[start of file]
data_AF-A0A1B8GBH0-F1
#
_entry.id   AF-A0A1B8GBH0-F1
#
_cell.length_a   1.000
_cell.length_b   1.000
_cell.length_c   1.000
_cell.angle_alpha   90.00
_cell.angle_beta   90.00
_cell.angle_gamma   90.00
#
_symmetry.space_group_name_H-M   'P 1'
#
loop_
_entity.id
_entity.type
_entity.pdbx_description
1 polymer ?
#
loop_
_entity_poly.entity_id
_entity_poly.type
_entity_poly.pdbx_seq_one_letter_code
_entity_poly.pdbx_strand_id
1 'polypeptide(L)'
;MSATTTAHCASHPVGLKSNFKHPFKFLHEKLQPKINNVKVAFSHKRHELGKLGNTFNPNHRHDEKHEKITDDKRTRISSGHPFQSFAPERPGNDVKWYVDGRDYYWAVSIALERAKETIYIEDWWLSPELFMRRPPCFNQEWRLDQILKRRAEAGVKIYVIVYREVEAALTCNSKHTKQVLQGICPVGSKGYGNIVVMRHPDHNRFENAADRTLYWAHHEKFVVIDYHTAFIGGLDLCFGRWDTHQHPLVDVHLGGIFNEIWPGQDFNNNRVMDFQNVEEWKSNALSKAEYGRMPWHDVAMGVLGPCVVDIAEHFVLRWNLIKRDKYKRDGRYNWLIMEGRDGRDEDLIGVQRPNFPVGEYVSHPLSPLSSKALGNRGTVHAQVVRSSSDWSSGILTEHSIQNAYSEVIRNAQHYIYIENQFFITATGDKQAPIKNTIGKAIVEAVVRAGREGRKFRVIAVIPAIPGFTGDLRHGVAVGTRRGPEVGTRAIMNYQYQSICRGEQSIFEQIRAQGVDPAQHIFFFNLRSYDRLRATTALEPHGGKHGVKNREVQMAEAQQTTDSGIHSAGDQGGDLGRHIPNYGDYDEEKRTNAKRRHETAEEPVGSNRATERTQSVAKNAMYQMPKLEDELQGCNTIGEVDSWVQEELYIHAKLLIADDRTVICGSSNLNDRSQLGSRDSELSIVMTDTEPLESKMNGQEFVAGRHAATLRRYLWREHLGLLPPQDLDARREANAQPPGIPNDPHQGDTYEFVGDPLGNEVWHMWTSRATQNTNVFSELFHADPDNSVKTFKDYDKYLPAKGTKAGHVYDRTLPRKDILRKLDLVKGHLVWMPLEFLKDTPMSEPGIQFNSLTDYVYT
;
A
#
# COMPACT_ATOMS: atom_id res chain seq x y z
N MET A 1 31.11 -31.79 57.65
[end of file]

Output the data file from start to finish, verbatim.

data_AF-A0A1B8GBH0-F1
#
_entry.id   AF-A0A1B8GBH0-F1
#
_cell.length_a   1.000
_cell.length_b   1.000
_cell.length_c   1.000
_cell.angle_alpha   90.00
_cell.angle_beta   90.00
_cell.angle_gamma   90.00
#
_symmetry.space_group_name_H-M   'P 1'
#
loop_
_entity.id
_entity.type
_entity.pdbx_description
1 polymer ?
#
loop_
_entity_poly.entity_id
_entity_poly.type
_entity_poly.pdbx_seq_one_letter_code
_entity_poly.pdbx_strand_id
1 'polypeptide(L)'
;MSATTTAHCASHPVGLKSNFKHPFKFLHEKLQPKINNVKVAFSHKRHELGKLGNTFNPNHRHDEKHEKITDDKRTRISSGHPFQSFAPERPGNDVKWYVDGRDYYWAVSIALERAKETIYIEDWWLSPELFMRRPPCFNQEWRLDQILKRRAEAGVKIYVIVYREVEAALTCNSKHTKQVLQGICPVGSKGYGNIVVMRHPDHNRFENAADRTLYWAHHEKFVVIDYHTAFIGGLDLCFGRWDTHQHPLVDVHLGGIFNEIWPGQDFNNNRVMDFQNVEEWKSNALSKAEYGRMPWHDVAMGVLGPCVVDIAEHFVLRWNLIKRDKYKRDGRYNWLIMEGRDGRDEDLIGVQRPNFPVGEYVSHPLSPLSSKALGNRGTVHAQVVRSSSDWSSGILTEHSIQNAYSEVIRNAQHYIYIENQFFITATGDKQAPIKNTIGKAIVEAVVRAGREGRKFRVIAVIPAIPGFTGDLRHGVAVGTRRGPEVGTRAIMNYQYQSICRGEQSIFEQIRAQGVDPAQHIFFFNLRSYDRLRATTALEPHGGKHGVKNREVQMAEAQQTTDSGIHSAGDQGGDLGRHIPNYGDYDEEKRTNAKRRHETAEEPVGSNRATERTQSVAKNAMYQMPKLEDELQGCNTIGEVDSWVQEELYIHAKLLIADDRTVICGSSNLNDRSQLGSRDSELSIVMTDTEPLESKMNGQEFVAGRHAATLRRYLWREHLGLLPPQDLDARREANAQPPGIPNDPHQGDTYEFVGDPLGNEVWHMWTSRATQNTNVFSELFHADPDNSVKTFKDYDKYLPAKGTKAGHVYDRTLPRKDILRKLDLVKGHLVWMPLEFLKDTPMSEPGIQFNSLTDYVYT
;
A
#
# COMPACT_ATOMS: atom_id res chain seq x y z
N MET A 1 31.11 -31.79 57.65